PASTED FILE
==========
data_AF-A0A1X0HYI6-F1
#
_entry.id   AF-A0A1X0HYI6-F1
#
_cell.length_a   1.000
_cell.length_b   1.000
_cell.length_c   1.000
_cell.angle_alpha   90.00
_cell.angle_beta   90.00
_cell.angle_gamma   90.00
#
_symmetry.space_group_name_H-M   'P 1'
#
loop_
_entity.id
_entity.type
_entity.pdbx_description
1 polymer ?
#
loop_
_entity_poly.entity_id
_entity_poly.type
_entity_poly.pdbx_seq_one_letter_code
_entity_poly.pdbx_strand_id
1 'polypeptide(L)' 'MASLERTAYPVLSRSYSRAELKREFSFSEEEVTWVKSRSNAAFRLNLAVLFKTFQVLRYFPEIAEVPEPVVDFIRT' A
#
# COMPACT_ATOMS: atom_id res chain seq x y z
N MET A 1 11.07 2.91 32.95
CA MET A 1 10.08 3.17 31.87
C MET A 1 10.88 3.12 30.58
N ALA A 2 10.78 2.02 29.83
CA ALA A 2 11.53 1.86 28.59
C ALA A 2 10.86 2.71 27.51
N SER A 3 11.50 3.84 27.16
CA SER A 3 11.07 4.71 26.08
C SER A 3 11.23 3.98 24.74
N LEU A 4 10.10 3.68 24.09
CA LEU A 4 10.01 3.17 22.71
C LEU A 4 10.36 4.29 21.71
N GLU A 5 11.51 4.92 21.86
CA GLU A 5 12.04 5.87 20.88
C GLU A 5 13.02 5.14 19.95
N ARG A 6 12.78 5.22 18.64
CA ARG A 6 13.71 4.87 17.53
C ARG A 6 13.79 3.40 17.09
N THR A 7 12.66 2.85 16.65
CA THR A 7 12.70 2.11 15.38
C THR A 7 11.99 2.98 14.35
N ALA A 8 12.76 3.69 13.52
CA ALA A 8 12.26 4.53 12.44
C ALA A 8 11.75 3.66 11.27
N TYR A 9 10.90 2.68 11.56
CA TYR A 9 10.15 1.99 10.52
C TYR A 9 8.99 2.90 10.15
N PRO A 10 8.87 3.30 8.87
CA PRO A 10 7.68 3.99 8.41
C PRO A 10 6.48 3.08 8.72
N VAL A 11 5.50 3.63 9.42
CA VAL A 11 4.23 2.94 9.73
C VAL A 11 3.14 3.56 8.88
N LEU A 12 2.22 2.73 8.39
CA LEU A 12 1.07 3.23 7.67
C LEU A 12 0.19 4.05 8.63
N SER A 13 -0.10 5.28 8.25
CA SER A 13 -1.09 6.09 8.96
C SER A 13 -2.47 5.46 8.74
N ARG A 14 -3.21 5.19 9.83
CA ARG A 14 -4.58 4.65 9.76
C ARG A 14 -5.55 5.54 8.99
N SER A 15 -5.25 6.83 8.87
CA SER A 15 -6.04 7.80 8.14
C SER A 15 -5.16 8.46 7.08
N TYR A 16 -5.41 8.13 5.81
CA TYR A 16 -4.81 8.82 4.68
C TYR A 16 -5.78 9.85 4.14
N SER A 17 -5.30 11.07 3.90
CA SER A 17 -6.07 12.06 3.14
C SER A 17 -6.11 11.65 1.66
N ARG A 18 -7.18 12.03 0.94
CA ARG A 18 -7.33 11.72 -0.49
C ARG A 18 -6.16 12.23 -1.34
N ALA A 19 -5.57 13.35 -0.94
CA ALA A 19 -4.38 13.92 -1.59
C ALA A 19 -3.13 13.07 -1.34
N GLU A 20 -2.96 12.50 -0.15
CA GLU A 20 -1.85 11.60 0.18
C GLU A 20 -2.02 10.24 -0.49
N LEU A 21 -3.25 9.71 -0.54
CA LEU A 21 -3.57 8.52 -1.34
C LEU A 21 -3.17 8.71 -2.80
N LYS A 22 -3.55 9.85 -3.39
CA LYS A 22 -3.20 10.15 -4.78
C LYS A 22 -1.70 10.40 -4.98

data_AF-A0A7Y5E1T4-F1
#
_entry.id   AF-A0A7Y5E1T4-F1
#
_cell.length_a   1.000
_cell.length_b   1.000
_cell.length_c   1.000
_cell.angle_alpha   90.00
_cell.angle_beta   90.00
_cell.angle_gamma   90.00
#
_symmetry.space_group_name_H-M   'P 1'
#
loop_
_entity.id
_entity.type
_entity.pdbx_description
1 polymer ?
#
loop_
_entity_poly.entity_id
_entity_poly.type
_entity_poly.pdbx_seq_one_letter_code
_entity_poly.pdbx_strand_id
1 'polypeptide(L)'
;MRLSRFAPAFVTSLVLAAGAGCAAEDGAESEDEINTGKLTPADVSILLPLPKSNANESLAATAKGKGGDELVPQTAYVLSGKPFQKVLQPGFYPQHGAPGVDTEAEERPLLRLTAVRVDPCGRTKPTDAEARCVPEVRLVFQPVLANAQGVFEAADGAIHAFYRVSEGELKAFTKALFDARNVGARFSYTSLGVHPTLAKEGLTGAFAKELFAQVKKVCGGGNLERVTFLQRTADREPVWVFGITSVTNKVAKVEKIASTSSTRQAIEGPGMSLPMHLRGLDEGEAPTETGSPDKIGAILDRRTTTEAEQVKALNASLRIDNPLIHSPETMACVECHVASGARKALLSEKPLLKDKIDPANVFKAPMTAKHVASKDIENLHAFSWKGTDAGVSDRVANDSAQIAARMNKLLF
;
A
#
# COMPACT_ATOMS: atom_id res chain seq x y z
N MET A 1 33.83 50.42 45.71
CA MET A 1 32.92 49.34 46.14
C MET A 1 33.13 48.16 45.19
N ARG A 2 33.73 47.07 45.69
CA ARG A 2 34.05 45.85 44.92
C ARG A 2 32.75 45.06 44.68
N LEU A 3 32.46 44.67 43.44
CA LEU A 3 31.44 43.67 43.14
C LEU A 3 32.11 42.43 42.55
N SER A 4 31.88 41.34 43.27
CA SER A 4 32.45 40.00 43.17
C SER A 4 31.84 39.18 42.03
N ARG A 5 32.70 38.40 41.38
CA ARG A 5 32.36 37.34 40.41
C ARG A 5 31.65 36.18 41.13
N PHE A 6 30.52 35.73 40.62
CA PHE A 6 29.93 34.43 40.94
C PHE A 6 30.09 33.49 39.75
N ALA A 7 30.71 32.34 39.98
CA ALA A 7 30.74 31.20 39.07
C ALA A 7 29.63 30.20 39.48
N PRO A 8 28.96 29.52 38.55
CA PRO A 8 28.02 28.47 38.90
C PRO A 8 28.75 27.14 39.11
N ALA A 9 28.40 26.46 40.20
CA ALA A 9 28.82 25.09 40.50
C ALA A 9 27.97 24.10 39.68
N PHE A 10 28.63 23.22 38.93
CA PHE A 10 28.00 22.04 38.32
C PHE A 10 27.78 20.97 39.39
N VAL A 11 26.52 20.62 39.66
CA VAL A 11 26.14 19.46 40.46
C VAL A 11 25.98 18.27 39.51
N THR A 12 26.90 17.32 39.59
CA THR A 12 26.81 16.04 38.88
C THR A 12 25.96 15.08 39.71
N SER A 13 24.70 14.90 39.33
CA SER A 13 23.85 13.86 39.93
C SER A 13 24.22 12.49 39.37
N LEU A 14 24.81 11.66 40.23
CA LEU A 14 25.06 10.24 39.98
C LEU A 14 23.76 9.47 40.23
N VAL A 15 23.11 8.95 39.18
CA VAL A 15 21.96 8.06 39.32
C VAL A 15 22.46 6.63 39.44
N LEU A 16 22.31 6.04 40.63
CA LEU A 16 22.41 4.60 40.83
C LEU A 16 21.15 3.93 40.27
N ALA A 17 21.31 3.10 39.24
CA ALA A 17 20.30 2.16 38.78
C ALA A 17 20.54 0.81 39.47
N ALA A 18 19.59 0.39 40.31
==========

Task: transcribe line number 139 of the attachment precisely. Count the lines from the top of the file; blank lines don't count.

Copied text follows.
N PHE A 6 30.52 35.73 40.62